Hitchiking in… (6) Venezuela



Honestly, i can´t say much about hitchhiking n Venezuela as i only had 6 lifts during my crossing. But to keep my Hitchhiking in… -Series complete i would like to share my impressions anyway.


You can find the Log here. Feel invited to download and play with it.

Hitchhiked distance: 1089 kilometer

Number of lifts: 7

Average waiting time: 31 minutes 8 seconds

Waiting time total: 3 hours 38 minutes

 My Route

I hitchhiked form the very far north-east in Guiria all the way south to St. Elena at the Brazilian border. I had one long-distance lift for about 9,5 hours in a Ford pickup and also a bus ride during the night, which i was forced to take by the local army checkpoint. They didn´t let me hitchhike in the night. The bus was also forced to take me for free, so it was somehow a „lift“.


Although all the world told me in advanced about the most dangerous country in the world and all the bad people in Venezuela i only met very kind and wonderfull people and made alot of positive experiences. The people are very hospitality, open and friendly. Beside that they also care alot about your safety. Seems like also the locals find they own country dangerous. I don´t want to relativize this, there are for sure dangerous places and people. But i didn´t met any and the few foreigners i spoke to also never made any bad experiences in Venezuela. All the people i met have been very kind and friendly. Be careful, but also don´t be too scared. Venezuelians are really wonderfull people and worth to meet.


I haven´t seen anything similar to a highway. But my route was going through the less populated east and around Caracas as also in the west there might be bigger streets for sure. The movement happened mostly on country roads. The road signs are rare, important crossings have some. Apart from that you can go „always straight“ if there is no other way described. The conditions of the roads is average, but okay. Sometimes you find potholes, but in general its a normal road. To limit the speed you have in and outside of towns alot of speed bumps. If you don´t see them it can be very harmful for your shock absorbers: Beside that you need to pass alot of military checkpoints, especially in the east.


My impression was, that hitchhiking in Venezuela is not as easy as described in hitchwiki. I had long waiting times, when i was waiting. In general i think it makes sense to use the speed bumps for positioning, because all the cars will have to break hard before passing them. Night hitchhiking seemed to be impossible, cause all the people are so concerned about your safety. Thats why my longest lift left me at the military checkpoint, after nightfall. I had to wait there, till the soldiers stopped my lift. Because of my bad spanish i couldn´t hardly explain, that i want to hitchhike. In the end i choosed the path of least resistance and just waited what will happen. In general i think it is very possible to get lifts in the night, especially at the army checkpoints.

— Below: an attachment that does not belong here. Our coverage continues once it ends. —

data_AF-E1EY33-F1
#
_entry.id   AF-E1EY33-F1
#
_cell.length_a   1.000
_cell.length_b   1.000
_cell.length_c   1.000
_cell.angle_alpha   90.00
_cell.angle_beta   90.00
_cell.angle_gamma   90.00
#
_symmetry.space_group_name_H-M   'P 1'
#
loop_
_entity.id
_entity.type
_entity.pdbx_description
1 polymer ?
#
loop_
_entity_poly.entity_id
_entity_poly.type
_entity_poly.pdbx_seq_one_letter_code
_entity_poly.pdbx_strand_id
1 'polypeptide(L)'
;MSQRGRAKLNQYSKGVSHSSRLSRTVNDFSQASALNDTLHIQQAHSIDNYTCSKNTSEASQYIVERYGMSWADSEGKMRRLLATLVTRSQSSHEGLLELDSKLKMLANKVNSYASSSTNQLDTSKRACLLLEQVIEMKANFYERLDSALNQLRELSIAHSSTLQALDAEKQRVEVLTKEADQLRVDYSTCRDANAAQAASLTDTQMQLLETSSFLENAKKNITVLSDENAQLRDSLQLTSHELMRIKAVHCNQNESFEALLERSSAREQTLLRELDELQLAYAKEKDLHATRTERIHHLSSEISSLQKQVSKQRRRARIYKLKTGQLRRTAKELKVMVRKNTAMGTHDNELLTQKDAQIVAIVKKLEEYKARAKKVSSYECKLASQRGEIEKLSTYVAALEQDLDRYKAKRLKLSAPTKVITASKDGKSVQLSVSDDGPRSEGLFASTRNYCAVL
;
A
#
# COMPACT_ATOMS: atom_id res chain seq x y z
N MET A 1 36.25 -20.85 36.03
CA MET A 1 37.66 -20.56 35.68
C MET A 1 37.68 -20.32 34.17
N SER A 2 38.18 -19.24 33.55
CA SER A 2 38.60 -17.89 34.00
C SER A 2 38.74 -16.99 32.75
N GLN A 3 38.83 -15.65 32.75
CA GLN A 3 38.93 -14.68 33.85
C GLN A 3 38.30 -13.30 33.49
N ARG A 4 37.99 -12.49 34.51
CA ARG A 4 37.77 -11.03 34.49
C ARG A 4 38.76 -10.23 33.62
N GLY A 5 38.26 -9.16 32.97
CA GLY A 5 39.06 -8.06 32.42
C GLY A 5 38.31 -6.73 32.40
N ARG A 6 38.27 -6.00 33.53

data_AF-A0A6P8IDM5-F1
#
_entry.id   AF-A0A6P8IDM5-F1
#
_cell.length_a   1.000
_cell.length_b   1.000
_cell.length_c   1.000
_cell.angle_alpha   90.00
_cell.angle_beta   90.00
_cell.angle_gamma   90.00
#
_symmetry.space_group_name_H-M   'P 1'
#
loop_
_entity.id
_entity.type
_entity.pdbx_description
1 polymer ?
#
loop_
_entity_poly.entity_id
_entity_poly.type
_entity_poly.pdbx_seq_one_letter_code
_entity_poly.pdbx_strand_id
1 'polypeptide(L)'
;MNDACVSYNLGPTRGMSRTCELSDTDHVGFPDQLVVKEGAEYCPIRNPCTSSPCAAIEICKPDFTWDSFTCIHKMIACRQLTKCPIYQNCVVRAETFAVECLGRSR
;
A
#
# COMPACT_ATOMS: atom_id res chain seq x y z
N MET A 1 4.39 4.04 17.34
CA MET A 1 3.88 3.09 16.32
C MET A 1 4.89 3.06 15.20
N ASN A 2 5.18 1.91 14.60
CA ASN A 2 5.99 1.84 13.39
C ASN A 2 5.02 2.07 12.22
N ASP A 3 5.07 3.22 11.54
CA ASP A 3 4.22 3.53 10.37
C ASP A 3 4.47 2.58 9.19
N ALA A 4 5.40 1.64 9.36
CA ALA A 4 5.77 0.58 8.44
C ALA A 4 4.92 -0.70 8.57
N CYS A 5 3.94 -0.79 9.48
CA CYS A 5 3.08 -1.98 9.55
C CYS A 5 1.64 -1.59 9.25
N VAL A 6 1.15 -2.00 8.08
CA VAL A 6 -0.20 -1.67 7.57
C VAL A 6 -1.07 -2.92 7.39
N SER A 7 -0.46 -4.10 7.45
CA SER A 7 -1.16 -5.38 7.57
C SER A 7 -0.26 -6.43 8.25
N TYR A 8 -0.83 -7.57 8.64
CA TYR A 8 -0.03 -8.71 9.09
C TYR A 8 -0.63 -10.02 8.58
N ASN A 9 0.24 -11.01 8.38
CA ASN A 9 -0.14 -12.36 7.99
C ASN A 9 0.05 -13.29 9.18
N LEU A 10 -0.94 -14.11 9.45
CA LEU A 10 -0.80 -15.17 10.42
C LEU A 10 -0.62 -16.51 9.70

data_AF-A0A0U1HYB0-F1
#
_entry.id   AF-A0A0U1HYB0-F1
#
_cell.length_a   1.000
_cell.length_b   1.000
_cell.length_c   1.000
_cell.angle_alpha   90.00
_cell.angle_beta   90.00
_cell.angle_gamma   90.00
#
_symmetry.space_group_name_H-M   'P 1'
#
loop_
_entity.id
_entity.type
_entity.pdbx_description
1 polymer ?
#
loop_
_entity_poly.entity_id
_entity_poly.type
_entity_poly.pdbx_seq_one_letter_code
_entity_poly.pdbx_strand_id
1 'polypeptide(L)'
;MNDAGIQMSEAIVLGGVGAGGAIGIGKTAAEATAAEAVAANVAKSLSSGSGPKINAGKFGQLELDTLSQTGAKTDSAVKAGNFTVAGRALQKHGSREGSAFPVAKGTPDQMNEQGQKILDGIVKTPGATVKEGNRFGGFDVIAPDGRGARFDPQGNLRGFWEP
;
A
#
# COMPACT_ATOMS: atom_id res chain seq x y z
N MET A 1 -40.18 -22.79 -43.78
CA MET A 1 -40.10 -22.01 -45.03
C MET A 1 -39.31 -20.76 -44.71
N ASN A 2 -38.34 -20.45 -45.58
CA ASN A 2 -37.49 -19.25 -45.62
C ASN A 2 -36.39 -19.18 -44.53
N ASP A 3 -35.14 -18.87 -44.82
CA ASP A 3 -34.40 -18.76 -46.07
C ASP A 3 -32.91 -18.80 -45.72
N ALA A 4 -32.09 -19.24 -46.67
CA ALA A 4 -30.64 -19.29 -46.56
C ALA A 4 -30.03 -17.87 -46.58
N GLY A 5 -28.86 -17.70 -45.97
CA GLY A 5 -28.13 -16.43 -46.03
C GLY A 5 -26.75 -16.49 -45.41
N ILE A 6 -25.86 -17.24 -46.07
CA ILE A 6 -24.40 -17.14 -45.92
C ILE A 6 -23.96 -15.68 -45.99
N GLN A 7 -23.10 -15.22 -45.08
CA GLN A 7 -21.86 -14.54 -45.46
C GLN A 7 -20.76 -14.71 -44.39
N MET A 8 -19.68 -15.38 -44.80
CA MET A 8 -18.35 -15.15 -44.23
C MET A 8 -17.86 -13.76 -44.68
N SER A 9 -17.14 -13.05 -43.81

Venezuela is wild, the people are sincere. I felt in love with that country. In Carupano you have the crashing waves of the atlantic occean and beside that a beautiful coastline, full of trash, tires and wrecks. Not possible to swim there. In general it looks ruinous there, which i personally really like. Unfortunately i was only on transit, but i will come back for sure.

Through the oil- and currency crisis the exchange rate was exorbitant high. American Dollars are needed and you should have them with you. The official exchange rate is 1:6. My information was, that the black market is changing 1:75. In venezuela i changed for 1:135 and i heard of places where they give you a 1:180 change. Thats alot of money, when you consider that a meal costs 200 bolivian dollars in average. Cheap travelling country.

The country is not only rich of wonderful people, but also of stunning nature. Who likes it touristic can visit the highest waterfalls in the world. The Angel Falls are around 1000m high and the water falls down from a high-plateau into the jungle. You can only go there with a booked tour and a 3 day visit costs around 200$. The waterfalls are in the middle of the jungle and you have to go there with a small airplane (ride included in the 200$). There is also a way possible by boat, but definitely no roads to the angel falls.

I personally like the route between Carupano and Maturin very much. The street leads very elegant through the jungle and the sourrunding landscape is absolutely stunning. Can recommend this passage.

Leave a Reply

Your email address will not be published. Required fields are marked *

This site uses Akismet to reduce spam. Learn how your comment data is processed.